Study: Bakken no greater transport risk than other light crudes

The North Dakota Petroleum Council (NDPC) has released the final report on a study it commissioned to examine the characteristics of crude oil produced from the Bakken shale region.

The third-party study, completed by Turner, Mason & Co., Dallas, and SGS Laboratories, indicates Bakken crude is similar to other North American light, sweet crudes and does not pose a greater risk to transport by rail than other crudes and transportation fuels, NDPC said.

The final report follows preliminary results of the study presented in May (OGJ Online, May 20, 2014).

Designed to better understand the safety aspects of moving Bakken crude by rail, the study came as a response to concerns raised by government and industry groups as to the stability and safe transportability of the regional crude after its involvement in a series of high-profile railcar incidents in both the US and Canada, according to NDPC (OGJ Online, Aug. 12, 2013).

NDPC said it commissioned the comprehensive sampling and testing program to answer questions regarding the chemical and physical composition of Bakken crude, address issues related to its proper classification, and establish a Bakken crude quality baseline.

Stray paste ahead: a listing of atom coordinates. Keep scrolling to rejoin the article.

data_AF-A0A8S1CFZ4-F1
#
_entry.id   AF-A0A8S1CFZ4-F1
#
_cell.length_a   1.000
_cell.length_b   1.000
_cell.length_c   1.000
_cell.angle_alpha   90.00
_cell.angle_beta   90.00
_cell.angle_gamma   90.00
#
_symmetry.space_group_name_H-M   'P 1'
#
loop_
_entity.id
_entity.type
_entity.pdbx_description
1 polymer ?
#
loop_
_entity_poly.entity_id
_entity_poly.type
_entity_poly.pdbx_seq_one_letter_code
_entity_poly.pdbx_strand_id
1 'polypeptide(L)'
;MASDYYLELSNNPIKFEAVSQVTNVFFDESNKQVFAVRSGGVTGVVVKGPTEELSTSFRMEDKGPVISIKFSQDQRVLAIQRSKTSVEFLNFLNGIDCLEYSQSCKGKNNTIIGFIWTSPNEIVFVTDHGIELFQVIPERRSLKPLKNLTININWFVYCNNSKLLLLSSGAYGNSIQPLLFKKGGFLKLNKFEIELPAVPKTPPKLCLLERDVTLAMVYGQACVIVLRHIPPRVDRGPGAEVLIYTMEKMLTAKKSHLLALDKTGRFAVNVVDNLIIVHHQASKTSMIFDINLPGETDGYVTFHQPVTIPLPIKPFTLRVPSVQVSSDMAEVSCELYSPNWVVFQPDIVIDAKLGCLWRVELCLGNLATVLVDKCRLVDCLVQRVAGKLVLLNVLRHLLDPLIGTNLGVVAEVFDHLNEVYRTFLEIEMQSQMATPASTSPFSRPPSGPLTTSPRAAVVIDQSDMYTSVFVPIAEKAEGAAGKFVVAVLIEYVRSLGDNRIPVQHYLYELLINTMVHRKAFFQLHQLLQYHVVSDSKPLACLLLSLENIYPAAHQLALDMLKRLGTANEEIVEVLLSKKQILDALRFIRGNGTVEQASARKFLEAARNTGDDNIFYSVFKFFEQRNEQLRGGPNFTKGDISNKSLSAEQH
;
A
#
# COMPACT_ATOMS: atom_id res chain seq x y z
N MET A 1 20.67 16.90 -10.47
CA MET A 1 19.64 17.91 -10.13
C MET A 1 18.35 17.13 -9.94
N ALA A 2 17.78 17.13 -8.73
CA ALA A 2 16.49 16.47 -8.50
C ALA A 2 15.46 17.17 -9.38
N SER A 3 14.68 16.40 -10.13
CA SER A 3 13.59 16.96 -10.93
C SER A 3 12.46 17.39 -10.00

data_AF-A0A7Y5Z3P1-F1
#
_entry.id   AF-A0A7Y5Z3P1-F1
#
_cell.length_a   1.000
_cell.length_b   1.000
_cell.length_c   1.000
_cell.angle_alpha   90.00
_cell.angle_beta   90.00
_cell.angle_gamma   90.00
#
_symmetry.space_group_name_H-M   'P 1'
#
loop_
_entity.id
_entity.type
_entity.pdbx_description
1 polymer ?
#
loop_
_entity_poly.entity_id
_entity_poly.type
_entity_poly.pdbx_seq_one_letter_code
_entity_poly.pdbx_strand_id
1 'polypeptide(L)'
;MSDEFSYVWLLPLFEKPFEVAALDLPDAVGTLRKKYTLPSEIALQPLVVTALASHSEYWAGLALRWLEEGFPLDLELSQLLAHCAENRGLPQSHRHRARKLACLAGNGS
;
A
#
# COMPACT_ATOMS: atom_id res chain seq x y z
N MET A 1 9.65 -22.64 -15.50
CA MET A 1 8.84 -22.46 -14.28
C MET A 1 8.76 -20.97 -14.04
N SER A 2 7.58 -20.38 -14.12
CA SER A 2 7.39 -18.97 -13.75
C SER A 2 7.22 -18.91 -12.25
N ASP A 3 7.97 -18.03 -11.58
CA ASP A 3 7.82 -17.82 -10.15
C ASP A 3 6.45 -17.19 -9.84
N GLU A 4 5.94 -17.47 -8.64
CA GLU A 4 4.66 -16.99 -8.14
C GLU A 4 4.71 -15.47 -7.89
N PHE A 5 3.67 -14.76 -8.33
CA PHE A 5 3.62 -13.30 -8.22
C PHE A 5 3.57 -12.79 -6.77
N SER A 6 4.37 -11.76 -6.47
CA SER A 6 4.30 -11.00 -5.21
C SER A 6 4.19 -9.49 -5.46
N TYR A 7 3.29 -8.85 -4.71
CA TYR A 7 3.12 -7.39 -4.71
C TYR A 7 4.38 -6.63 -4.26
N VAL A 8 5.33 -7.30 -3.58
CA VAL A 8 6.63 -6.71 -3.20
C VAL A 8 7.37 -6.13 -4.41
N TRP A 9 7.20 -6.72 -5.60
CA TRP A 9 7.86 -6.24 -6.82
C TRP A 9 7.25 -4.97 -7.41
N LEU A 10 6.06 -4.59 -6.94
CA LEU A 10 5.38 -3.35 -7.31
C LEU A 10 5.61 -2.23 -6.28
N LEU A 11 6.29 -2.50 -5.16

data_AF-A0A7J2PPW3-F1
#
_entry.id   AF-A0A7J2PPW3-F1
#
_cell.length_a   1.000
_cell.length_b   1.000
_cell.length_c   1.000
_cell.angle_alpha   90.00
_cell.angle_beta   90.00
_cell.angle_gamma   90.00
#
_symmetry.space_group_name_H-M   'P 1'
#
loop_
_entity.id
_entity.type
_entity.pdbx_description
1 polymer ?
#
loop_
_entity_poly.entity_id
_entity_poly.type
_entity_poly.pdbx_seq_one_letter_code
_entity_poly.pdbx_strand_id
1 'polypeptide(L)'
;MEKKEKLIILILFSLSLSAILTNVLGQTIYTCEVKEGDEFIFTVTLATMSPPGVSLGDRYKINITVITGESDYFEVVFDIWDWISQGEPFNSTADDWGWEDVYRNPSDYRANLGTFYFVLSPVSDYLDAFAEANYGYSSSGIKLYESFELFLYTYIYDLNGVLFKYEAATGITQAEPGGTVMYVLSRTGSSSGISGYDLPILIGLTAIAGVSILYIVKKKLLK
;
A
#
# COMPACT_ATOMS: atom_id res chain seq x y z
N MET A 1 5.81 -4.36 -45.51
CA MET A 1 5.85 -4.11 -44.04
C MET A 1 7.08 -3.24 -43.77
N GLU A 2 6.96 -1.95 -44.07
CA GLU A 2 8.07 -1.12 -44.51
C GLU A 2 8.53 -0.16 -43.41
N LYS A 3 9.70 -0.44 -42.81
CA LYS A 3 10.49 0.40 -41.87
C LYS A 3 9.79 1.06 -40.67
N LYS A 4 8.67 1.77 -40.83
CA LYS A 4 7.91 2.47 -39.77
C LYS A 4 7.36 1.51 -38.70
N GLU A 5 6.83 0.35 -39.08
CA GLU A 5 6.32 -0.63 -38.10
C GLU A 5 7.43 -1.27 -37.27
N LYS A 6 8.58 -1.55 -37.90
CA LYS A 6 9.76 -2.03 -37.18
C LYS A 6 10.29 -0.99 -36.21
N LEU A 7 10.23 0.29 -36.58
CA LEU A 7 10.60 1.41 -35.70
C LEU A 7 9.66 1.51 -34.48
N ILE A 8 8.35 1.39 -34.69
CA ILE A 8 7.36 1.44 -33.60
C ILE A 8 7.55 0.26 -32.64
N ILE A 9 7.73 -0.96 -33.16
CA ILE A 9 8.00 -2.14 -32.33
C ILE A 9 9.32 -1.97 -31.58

In addition to providing a thorough breakdown of physical crude properties based on the final results from sampling and testing, the report also details recommended best practices for Bakken field operations to ensure consistent operation of field treating equipment, Bakken crude quality, testing procedures, and shipping classifications.

“The study helped establish a baseline for Bakken crude characteristics, and by implementing the recommended best practices outlined in the report, we will ensure Bakken crude remains consistent to those properties,” said Kari Cutting, vice-president of NDPC.

Cutting also noted that findings of the study also corroborate scientific data on Bakken crude properties previously reported by the American Fuel & Petrochemical Manufacturers and the US Department of Transportation Pipeline and Hazardous Materials Safety Administration (OGJ Online, May 15, 2014).

All of these data combined—including those from AFPM, PHMSA, and NDPC—do not support the speculation that Bakken crude is more volatile or flammable than other light, sweet crudes, Cutting said.

NDPC said it hopes to use the findings of the recent report to work with regulators and rail companies to both develop and implement standards that will ensure the safe transportation of all flammable liquids by rail.

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